Madagascar, nicknamed “l’île rouge” for the red mountains that fill its highland heart, is an island nation located off the southeast coast of Africa.
Possessing flora and fauna found nowhere else on earth, Madagascar has been referred to as the eighth continent in recognition of its rich biodiversity. The fourth largest island in the world, Madagascar’s varied landscape — which includes everything from mountains, rainforests to tropical beaches — is a sight to behold.
But if the Madagascar School Project hadn’t given a presentation about the school they’d built in Madagascar, I never would have signed up to volunteer in this wonderful country. The red island is a destination few have heard of and even fewer have visited.
After a political coup in 2012, Madagascar’s tourism industry declined. My forty day sojourn wasn’t struggle free — I got food poisoning, twice — but I never felt unsafe in Madagascar and will always cherish my memories of the Malagasy countryside with its rice fields, zebu cattle and banana trees. The Malagasy are kind and welcoming, eager to share their culture and learn about others.
In which other country would you be invited to attend a stranger’s funeral? As I was walking home from the funeral with Anna, a Malagasy teacher from the school where I volunteered, I asked her if she had known the man who passed away.
“No,” she replied. He had been related to one of the school’s guards.
I was surprised and asked why she had attended. School had been cancelled for the afternoon to allow teachers to attend the funeral.
“Fihavanana. It’s a Malagasy word that means all the Malagasy people love all the Malagasy people.” Loosely translated to English, it means solidarity.
I definitely felt a sense of fihavanana while volunteering at Sekoly Tenaquip. Teachers and students, eager to learn English, were always ready with a smile and positive attitude. Despite the barebones learning conditions — no internet or smart boards in sight — students diligently attended class each day, some walking for hours to arrive at school.
Tenaquip is nestled in the mountains of a village called Ambohiborosy, thirty kilometres from the capital city, Antananarivo. Driving to the capital, however, could take up to two hours on the bumpy dirt roads that snaked through the mountains. Each year, the countryside roads were destroyed by floods of the rainy season.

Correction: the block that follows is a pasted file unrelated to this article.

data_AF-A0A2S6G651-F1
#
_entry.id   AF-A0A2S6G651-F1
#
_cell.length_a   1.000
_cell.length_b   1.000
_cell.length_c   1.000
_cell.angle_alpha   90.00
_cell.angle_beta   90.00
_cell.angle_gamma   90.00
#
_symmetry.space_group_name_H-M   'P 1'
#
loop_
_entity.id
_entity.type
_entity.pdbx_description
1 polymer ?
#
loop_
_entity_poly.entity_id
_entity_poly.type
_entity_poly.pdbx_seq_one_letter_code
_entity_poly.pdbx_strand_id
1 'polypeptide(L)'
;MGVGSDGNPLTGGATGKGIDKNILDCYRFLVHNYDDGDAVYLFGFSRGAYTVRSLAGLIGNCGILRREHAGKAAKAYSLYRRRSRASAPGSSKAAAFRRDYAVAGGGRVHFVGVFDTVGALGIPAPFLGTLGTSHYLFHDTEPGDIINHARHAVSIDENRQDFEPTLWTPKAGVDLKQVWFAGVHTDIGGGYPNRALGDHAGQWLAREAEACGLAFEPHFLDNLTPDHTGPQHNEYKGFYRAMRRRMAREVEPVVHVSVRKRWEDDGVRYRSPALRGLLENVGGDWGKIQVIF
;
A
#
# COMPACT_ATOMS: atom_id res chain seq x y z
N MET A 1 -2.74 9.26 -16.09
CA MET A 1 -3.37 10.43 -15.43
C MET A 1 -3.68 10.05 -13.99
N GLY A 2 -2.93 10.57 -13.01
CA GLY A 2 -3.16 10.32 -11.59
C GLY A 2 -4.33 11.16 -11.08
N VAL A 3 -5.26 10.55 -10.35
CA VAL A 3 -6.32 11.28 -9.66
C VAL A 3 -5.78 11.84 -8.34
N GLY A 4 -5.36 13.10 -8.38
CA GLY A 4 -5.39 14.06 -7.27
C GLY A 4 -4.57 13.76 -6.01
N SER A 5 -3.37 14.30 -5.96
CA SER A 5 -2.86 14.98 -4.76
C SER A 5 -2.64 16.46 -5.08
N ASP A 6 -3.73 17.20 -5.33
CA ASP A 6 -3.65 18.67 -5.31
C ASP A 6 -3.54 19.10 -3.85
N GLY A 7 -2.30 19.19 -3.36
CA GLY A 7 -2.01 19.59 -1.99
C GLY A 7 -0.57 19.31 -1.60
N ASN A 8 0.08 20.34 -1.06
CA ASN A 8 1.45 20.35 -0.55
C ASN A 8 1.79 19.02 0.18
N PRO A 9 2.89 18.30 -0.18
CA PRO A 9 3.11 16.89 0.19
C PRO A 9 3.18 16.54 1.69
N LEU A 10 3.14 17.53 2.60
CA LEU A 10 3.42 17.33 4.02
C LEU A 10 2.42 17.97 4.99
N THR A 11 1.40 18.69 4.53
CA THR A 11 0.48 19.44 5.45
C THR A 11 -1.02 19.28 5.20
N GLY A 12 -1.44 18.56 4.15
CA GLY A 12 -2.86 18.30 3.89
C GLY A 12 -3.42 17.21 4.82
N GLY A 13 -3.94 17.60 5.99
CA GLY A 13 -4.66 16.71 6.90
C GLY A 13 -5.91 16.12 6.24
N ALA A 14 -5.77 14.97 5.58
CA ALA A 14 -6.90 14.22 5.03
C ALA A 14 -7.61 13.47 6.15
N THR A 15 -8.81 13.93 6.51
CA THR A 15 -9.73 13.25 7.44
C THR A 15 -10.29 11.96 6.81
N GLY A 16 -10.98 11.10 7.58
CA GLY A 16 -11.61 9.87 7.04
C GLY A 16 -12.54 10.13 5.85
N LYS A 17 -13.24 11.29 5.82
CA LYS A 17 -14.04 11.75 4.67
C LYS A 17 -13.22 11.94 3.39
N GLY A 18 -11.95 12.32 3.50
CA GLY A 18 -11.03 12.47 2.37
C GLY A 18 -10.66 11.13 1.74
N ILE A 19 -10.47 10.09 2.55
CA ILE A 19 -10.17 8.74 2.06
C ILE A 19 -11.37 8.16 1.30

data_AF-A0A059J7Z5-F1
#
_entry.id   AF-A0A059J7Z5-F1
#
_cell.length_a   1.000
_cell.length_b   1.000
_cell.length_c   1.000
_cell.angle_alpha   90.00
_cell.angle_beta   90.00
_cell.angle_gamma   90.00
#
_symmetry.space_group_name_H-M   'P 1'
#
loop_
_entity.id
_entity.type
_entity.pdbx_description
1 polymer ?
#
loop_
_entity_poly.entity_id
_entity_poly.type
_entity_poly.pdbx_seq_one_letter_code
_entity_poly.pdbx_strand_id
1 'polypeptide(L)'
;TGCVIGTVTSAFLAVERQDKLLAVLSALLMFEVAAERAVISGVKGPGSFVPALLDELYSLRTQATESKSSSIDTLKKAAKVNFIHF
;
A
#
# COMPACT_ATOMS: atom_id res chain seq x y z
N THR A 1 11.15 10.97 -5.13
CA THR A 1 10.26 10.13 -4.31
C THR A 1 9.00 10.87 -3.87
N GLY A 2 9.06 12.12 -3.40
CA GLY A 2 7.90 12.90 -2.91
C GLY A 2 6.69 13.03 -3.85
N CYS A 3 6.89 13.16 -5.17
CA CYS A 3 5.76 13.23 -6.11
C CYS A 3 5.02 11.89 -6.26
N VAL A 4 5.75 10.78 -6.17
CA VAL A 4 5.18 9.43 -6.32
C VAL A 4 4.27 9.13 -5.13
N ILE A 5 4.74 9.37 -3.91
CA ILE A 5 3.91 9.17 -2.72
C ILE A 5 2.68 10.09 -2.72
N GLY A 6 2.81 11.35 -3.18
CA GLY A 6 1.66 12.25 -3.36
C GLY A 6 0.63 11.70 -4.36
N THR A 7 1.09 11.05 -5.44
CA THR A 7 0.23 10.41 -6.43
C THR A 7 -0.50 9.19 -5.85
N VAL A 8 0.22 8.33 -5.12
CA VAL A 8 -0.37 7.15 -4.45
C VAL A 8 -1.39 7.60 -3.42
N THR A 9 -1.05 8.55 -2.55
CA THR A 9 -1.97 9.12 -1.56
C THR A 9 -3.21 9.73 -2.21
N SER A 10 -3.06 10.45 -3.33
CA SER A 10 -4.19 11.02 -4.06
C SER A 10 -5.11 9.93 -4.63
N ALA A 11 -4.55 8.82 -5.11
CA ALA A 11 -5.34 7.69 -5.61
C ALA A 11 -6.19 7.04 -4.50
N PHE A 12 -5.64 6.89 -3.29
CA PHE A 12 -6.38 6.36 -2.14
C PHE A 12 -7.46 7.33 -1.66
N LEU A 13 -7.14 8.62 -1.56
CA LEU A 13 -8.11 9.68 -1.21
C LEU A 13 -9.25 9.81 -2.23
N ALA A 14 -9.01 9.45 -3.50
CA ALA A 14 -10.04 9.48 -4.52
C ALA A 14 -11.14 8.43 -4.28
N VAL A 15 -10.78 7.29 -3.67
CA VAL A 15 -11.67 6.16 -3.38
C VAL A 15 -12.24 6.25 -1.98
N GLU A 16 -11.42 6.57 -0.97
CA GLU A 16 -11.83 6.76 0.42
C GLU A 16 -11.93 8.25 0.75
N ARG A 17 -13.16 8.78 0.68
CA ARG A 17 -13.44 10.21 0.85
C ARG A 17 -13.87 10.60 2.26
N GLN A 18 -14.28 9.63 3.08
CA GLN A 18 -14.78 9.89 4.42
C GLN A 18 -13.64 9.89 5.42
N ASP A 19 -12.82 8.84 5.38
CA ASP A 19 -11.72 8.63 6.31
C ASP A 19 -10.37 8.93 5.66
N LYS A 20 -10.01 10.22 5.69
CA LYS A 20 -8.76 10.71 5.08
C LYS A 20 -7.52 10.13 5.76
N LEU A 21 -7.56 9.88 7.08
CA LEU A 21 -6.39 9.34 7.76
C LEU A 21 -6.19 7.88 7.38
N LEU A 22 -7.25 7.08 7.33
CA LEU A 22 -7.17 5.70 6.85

I lived in a solar powered volunteer house on the school campus. Alone. Well, alone if you don’t count the silverfish, spiders and cockroaches that shared the house with me. I got used to showering with long legged spiders crawling up the walls. Spiders were a fair tradeoff for not being eaten alive by mosquitoes each night — so effective were the spiders that I never needed a mosquito net to sleep.
During the school week, I ate lunch at the school cafeteria to better integrate myself in the community. The school provided students with lunch and for some, it was their only meal of the day. Rice was a big part of the Malagasy diet and could be eaten for all three meals — breakfast, lunch and dinner. Lunch consisted of two things: a big portion of rice and a smaller side of vegetables. There was also a cup of ranovola — burnt rice tea — which is a popular drink in Madagascar.
While burnt rice doesn’t sound appetizing, the tea itself is sweet and refreshing. Its deceptive appearance reminds me of the misconceptions against developing countries. There is a negative media portrayal of developing countries as dangerous, rife with crime and disease. When I visited Madagascar, however, I fell in love with its warm people, beautiful landscapes and unique culture.
When most people think of Madagascar, the first thing that springs to mind is the eponymous Pixar movie and lemurs. When I think of Madagascar, I remember the friendships I gained and the people who warmly welcomed me, a complete stranger, into their lives.